But @mayfield.g.kev it seems you are looking not for a forum but for content - pre-formed solution outlines that go beyond what is normally covered in any public space. You want written, implementable recipes for “how do I connect this to that for UK GPs” type problems, and all the other dozens of scenarios.

That would be a good resource. It sits somewhere between things like NHS ITK and the other more specific frameworks, open source software, and closed source solutions that people will want to sell to you (and that cost them a lot to create).

These tend to be complex problems with many issues that need to be solved depending on the exact context. But nevertheless establishing and documenting some patterns would help. Some of the mini-articles and blogs you have posted are really useful and going in this direction. In practice there are so many variables, situations and rules, hardware and software differences that these patterns can really only be fairly general. Often even a bunch of existing source code is not that useful, because it’s hard to integrate with what you have and may be difficult for you to extend and maintain.

As we know, FHIR and other similar efforts that led to it, have taken the approach of abstracting parts of the problem space to narrow down the amount of variation.

Solutions are easier to describe if you can assume that all the systems involved expose their data in a globally standardised web-based API. That would be nice, but systems change slowly, for non-technical reasons. However adding interfaces is relatively easy, given that there are now multiple good free toolkits, and it doesn’t involve a full rip and replace cycle.

I’d be happy with forum, I’ve tended to post content especially when my own searches had resulted in zilch results.
However I do feel we (uk) could have done much better with content. Some simple problems like orders and results tend to be homegrown local variations on international specs mostly hl7v2.
The lack of content, openness and cooperation in most areas like this has been going on for decades. The more I found out, the more despondent I get, I would write more but I’d probably say too much.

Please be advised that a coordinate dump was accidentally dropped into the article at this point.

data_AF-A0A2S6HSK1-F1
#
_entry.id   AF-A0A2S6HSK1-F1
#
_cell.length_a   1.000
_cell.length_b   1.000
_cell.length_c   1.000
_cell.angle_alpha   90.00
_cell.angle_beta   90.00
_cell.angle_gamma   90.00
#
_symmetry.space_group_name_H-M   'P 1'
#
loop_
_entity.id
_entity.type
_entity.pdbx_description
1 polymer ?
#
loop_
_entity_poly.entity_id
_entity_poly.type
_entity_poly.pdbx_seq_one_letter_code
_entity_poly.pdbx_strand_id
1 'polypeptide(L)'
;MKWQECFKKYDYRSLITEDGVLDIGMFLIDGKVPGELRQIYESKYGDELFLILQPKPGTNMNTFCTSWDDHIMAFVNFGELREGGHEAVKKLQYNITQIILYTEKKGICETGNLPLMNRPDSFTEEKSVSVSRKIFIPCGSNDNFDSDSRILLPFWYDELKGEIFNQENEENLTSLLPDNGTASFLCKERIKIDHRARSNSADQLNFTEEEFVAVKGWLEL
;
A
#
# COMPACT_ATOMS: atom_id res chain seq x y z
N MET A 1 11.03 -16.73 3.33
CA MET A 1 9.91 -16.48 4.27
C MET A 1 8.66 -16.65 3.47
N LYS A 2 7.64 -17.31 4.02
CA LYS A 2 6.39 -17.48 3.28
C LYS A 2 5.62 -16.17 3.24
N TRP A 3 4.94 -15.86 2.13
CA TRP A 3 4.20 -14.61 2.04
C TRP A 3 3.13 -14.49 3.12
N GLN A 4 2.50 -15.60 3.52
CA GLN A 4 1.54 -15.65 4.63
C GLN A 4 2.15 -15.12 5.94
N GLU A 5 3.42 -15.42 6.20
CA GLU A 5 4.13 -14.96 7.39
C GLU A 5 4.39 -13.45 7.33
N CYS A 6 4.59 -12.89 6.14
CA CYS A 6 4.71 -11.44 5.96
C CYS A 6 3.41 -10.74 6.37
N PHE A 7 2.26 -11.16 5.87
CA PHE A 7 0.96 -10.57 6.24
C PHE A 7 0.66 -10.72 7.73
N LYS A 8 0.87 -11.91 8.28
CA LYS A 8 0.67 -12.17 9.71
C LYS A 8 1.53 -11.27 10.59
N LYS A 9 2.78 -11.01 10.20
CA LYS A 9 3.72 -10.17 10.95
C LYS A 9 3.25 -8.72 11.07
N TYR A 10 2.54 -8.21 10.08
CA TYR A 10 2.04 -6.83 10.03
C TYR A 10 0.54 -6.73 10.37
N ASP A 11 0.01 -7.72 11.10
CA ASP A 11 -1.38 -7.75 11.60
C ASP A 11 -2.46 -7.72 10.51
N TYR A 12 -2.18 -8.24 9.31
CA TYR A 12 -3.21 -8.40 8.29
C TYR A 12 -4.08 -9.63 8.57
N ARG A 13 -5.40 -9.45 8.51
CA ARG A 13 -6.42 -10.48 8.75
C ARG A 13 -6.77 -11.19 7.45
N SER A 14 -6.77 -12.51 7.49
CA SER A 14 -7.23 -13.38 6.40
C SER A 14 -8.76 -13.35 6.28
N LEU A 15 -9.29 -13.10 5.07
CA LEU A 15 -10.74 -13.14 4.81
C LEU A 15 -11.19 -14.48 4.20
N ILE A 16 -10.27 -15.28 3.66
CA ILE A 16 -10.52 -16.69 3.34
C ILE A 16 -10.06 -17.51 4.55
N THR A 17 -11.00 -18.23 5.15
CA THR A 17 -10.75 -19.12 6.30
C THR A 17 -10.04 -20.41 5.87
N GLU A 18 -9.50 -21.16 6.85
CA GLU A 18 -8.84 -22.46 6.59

I dont believe lack of openness and more importantly feedback is a technical or IT problem. However we only see it clearly in IT: poor systems, incompatibility, lack of standards,etc.

Problem is organisational? E.g. I’ve been ‘leaking’ information from a project for a few months. I’ve got as far as a working solution which can be tested and implemented (using interopen careconnect, fhir, ihe, hl7v2 and possibly openehr) and parts are openly published.

I can’t say which project - that’s a leak as business case comes out in 2020, it is currently at a clinical and management level open and receiving feedback.
My theory is: as soon as this business case goes into production, openness and feedback will effectively stop. Simple checks like can hospitals or systems do this, has this been done before, have we done this before, etc dont feature until it’s left production (I’ll assume in 2021) but thats too late and so too difficult to alter the project.

What’s the solution? I’d be in favour of mocking design and solutions very early on and so allowing technical and business feedback - using a forum like this. Simple things like the discovery that hospitals use OMG_O01 for orders would be found, hospitals tend to follow IHE orders business processes also found, letters to gps more often than not would be pdf not cda or fhir documents, we dont want to use email,
ihe/openehr/hl7 standards follow clinical process not technical, model or business standards.

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Following a bit of reflection, and having caught up with my life a bit, I’ve decided I’ll continue running OpenHealthHub rather than closing it down.